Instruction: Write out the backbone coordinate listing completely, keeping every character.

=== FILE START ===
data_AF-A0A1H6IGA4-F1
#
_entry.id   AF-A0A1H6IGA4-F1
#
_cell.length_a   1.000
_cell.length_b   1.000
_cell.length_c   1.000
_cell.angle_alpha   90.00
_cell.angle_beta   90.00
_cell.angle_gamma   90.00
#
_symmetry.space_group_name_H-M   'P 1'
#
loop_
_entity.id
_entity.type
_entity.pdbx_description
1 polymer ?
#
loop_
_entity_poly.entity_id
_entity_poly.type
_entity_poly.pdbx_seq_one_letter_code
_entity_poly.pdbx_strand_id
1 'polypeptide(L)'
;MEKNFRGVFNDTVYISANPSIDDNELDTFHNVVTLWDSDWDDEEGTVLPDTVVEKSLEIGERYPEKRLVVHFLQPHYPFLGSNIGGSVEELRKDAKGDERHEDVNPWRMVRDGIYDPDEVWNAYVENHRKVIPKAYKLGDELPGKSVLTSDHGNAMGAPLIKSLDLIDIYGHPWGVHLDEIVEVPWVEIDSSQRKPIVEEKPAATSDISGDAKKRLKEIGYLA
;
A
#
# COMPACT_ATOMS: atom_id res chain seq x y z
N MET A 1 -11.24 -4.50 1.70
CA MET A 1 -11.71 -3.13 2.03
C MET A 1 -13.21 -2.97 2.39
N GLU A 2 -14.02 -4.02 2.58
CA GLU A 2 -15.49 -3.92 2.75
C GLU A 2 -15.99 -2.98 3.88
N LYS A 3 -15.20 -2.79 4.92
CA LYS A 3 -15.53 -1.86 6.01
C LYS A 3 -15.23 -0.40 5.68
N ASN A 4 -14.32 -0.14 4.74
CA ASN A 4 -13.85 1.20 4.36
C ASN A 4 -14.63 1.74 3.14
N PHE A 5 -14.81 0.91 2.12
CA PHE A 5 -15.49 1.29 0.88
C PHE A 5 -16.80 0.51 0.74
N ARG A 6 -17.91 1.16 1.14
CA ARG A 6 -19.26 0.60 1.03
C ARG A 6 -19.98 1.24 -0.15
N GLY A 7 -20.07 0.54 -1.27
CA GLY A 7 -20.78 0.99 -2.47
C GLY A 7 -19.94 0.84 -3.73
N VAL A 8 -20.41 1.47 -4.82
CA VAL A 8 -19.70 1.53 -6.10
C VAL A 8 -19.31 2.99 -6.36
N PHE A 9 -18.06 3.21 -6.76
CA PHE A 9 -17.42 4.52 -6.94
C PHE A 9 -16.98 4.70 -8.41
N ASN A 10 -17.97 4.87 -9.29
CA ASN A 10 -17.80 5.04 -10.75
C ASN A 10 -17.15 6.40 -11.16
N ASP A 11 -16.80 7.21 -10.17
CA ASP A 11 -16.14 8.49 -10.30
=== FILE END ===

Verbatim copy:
data_AF-A0A1H6IGA4-F1
#
_entry.id   AF-A0A1H6IGA4-F1
#
_cell.length_a   1.000
_cell.length_b   1.000
_cell.length_c   1.000
_cell.angle_alpha   90.00
_cell.angle_beta   90.00
_cell.angle_gamma   90.00
#
_symmetry.space_group_name_H-M   'P 1'
#
loop_
_entity.id
_entity.type
_entity.pdbx_description
1 polymer ?
#
loop_
_entity_poly.entity_id
_entity_poly.type
_entity_poly.pdbx_seq_one_letter_code
_entity_poly.pdbx_strand_id
1 'polypeptide(L)'
;MEKNFRGVFNDTVYISANPSIDDNELDTFHNVVTLWDSDWDDEEGTVLPDTVVEKSLEIGERYPEKRLVVHFLQPHYPFLGSNIGGSVEELRKDAKGDERHEDVNPWRMVRDGIYDPDEVWNAYVENHRKVIPKAYKLGDELPGKSVLTSDHGNAMGAPLIKSLDLIDIYGHPWGVHLDEIVEVPWVEIDSSQRKPIVEEKPAATSDISGDAKKRLKEIGYLA
;
A
#
# COMPACT_ATOMS: atom_id res chain seq x y z
N MET A 1 -11.24 -4.50 1.70
CA MET A 1 -11.71 -3.13 2.03
C MET A 1 -13.21 -2.97 2.39
N GLU A 2 -14.02 -4.02 2.58
CA GLU A 2 -15.49 -3.92 2.75
C GLU A 2 -15.99 -2.98 3.88
N LYS A 3 -15.20 -2.79 4.92
CA LYS A 3 -15.53 -1.86 6.01
C LYS A 3 -15.23 -0.40 5.68
N ASN A 4 -14.32 -0.14 4.74
CA ASN A 4 -13.85 1.20 4.36
C ASN A 4 -14.63 1.74 3.14
N PHE A 5 -14.81 0.91 2.12
CA PHE A 5 -15.49 1.29 0.88
C PHE A 5 -16.80 0.51 0.74
N ARG A 6 -17.91 1.16 1.14
CA ARG A 6 -19.26 0.60 1.03
C ARG A 6 -19.98 1.24 -0.15
N GLY A 7 -20.07 0.54 -1.27
CA GLY A 7 -20.78 0.99 -2.47
C GLY A 7 -19.94 0.84 -3.73
N VAL A 8 -20.41 1.47 -4.82
CA VAL A 8 -19.70 1.53 -6.10
C VAL A 8 -19.31 2.99 -6.36
N PHE A 9 -18.06 3.21 -6.76
CA PHE A 9 -17.42 4.52 -6.94
C PHE A 9 -16.98 4.70 -8.41
N ASN A 10 -17.97 4.87 -9.29
CA ASN A 10 -17.80 5.04 -10.75
C ASN A 10 -17.15 6.40 -11.16
N ASP A 11 -16.80 7.21 -10.17
CA ASP A 11 -16.14 8.49 -10.30